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Breshad Perriman is better than Torrey Smith, here's why

The Ravens rarely take receivers in the first round, but they took Breshad Perriman with the 26th pick in 2015. We take a look at why we are excited for the Breshad Perriman train to fully choo-choo itself into Baltimore.

Dennis Wierzbicki-USA TODAY Sports

Breshad Perriman is a complete wide receiver. Much has been made about his drops and his inconsistencies, but when looking at film, I see a player that can make an impact all over the field. During OTAs, we even saw the same type of player as Perriman was an inconsistent playmaker but one that could beat anyone at any given time.

On the sideline:

Over the middle:

You can see that all the defensive backs are so scared of his deep threat ability, that they give him more than enough room to beat them underneath. Whether it is a crossing route, a slant or even a comeback, the defensive back is so far removed from the play that an accurate pass allows Perriman to get good yards.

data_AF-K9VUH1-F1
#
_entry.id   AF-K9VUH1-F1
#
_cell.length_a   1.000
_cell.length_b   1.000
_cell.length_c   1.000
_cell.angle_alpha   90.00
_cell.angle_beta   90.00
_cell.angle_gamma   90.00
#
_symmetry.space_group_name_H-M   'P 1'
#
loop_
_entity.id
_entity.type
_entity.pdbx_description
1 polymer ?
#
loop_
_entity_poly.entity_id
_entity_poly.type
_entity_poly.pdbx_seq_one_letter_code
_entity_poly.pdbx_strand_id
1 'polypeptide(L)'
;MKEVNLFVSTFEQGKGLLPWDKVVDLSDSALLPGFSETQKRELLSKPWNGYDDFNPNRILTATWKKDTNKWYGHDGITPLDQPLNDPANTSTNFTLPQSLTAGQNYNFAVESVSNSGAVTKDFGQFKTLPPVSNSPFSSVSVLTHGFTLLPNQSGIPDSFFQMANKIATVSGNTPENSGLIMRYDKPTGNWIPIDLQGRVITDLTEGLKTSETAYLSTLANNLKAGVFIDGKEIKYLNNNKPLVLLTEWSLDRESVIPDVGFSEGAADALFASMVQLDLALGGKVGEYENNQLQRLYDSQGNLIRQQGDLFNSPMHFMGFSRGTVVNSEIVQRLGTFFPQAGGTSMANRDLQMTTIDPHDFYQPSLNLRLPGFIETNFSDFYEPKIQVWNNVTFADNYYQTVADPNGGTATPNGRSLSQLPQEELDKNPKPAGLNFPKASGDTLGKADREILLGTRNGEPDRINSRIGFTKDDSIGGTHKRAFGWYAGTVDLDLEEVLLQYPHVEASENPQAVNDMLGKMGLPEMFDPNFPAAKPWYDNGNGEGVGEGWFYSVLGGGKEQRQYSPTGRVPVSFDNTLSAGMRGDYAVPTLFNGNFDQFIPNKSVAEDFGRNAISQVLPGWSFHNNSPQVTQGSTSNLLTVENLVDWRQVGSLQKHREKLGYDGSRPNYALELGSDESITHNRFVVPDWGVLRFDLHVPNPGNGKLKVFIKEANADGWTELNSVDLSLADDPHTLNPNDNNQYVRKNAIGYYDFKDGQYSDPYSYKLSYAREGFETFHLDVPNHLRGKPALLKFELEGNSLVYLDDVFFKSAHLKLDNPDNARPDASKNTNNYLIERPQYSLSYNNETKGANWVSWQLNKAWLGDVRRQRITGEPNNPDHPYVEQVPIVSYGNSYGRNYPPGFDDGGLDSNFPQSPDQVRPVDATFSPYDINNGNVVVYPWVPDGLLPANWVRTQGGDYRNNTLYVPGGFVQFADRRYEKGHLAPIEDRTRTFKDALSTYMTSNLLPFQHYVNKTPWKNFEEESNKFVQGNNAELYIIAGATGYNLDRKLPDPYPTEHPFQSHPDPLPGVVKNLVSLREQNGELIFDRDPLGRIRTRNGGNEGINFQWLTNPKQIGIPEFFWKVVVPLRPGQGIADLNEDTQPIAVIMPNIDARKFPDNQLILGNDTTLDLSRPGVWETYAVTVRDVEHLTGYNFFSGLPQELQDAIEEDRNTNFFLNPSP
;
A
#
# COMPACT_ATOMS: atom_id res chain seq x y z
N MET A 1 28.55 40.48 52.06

Now don't be fooled by these, Perriman can absolutely blow the doors off his competition.

Deep Speed:

While Perriman didn't catch these passes, it is more about the quarterback noodle arming both of them even though Perriman had steps on the defenders. A strong armed quarterback like Joe Flacco should be able to throw this in front of Breshad for 6-points.

By being able to make plays from all over the field, the Ravens should have a far more complete wide receiver from the start than they had with Torrey Smith. Not a knock on Smith, but even at the end of his career in Baltimore, Smith was almost exclusively a deep threat that would be a target for bombs. Smith had speed but lacked the agility necessary to run the entire route tree and it limited what the Ravens were able to do.

Now with Breshad Perriman rocking the purple and black, the Ravens should be able to really mix up what they do in the passing game and create some great mismatches for quarterback Joe Flacco to use.